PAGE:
The popular USENET groups for C= 8-bitters were called "comp.sys.cbm" and "comp.binaries.cbm".

The former was for announcements, conversation, trolling, and the occasional Speccy vs C64 flame war.  It would be pretty familiar to any modern user browsing the old discussions, which you can absolutely do right now through google groups.  Common refrains there include the FAQ postings by Cameron Kaiser, and few old timers will forget the ramblings of WildStar.

"comp.binaries.cbm" is a odd medium for sharing software, but that's what it was.  Although on casual inspection it appeared to be another discussion forum, instead you'd find most of the messages were UUencoded ascii of various commodore related binaries, often broken up into several parts spanning several messages.  An early unix shell account user would download the parts of the message, combine them, and translate them back from ascii -> binary before moving it over to a floppy for execution.

FTP sites constituted a more straight-forward method for sharing binary files on the internet, and several FTP sites sprang up during the 90s to serve the 8-bit community.

One early important site was the FUNET archives at  Maintained by Marko Mäkelä until 2005, funet was invaluable as a source of firmware for computers with dead roms, schematics for troubleshooting, as well as all the latest utilities and project documents to keep any 8-bit user busy.  Since 2005, the archive has been at, run by the Australians Rod and Gaelyne Gasson, was another popular general purpose file area that seemed to have a little bit of everything.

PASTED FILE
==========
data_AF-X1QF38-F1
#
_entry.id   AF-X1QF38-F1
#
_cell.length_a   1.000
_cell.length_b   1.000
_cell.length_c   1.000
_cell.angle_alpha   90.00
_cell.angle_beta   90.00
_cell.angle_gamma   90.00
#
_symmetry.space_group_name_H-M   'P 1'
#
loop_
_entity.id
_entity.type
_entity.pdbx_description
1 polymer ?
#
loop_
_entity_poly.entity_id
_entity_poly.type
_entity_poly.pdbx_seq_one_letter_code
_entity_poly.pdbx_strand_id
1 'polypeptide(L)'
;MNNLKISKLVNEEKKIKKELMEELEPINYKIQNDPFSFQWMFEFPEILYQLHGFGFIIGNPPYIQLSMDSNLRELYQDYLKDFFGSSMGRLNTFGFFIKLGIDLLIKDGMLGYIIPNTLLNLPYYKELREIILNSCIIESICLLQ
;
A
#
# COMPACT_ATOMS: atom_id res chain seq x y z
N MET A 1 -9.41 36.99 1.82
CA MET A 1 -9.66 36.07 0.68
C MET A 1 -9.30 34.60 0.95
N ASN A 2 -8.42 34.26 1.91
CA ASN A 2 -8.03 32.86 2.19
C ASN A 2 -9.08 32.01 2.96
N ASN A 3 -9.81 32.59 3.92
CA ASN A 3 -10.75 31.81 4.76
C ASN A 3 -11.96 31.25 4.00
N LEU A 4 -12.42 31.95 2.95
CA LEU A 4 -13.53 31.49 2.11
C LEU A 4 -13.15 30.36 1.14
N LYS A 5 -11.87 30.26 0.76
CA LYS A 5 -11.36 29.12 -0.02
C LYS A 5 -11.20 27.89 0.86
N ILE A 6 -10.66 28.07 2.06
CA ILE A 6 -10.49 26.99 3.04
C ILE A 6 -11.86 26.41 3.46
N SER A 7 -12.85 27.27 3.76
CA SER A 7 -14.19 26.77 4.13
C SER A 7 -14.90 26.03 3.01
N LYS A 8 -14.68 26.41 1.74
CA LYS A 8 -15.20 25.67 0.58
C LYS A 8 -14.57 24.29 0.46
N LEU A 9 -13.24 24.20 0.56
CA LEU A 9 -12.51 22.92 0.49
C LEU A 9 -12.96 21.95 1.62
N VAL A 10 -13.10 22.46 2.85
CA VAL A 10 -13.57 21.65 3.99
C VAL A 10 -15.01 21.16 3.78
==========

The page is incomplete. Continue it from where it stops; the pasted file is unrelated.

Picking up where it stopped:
When it comes to games, however, nothing beat and  So popular were these enormous collections of disk images that they were known simply as "The Arnold Archives".  

Web sites, while not as important early on, were still seen as artistic monuments on a hill -- discussed when they changed, and little more.  Many of these monuments remain to this day, while some have faded into memory.  The Secret Weapons of Commodore has always been one of my personal favorites, as was the Commodore 8-Bit Server, the Commodore Knowledge Base, VIC-20 Digital Archaeology, Snakeman's page, Project 64,, and the CBM-II Page -- but these are just a  sample.

Part V: Sunset, or Sunrise?

The last decade has seen impressive leaps of renewed interest in Commodore 8-bit computing.  New storage devices, new networking solutions, new display options, new computers, and piles of new games and software that seems to have come out of nowhere.  It's almost like the 1980s are completely back again.

But between 1990 and 2010, the 8-bit community marched onward, even as we watched former comrades fall away.  I think it's useful to remember that period, both to reflect on the problems we faced, and on all that was built as a foundation for what we would all enjoy today in our little 8-bit hobby.

Thursday, February 6, 2020

Return of the geoJunky

Despite having had copies of the software forever, it wasn't until the early 1990s that I became a true convert to the cult of GEOS.

I picked up every accessory, every productivity package, every Thing I could get my hands on that was related to this Mac-like GUI for the Commodore 64 and 128.  And this included geoProgrammer, the official symbolic macro assembler, linker, and debugging package from BSW.

Code is written for geoProgrammer using the stock GEOS word processor, called geoWrite.  This has the fun side-effect of not only allowing image assets to be integrated into the source code document, but also allows you to use all the fonts and styles and margins to make your code as beautiful as possible.

So armed, I spent the 90s and early 2000s writing numerous applications for GEOS.  You can find information about most of them on my geoProjects page.  However, my geoCoding spree pretty much came to an end in 2002 ..... until very recently.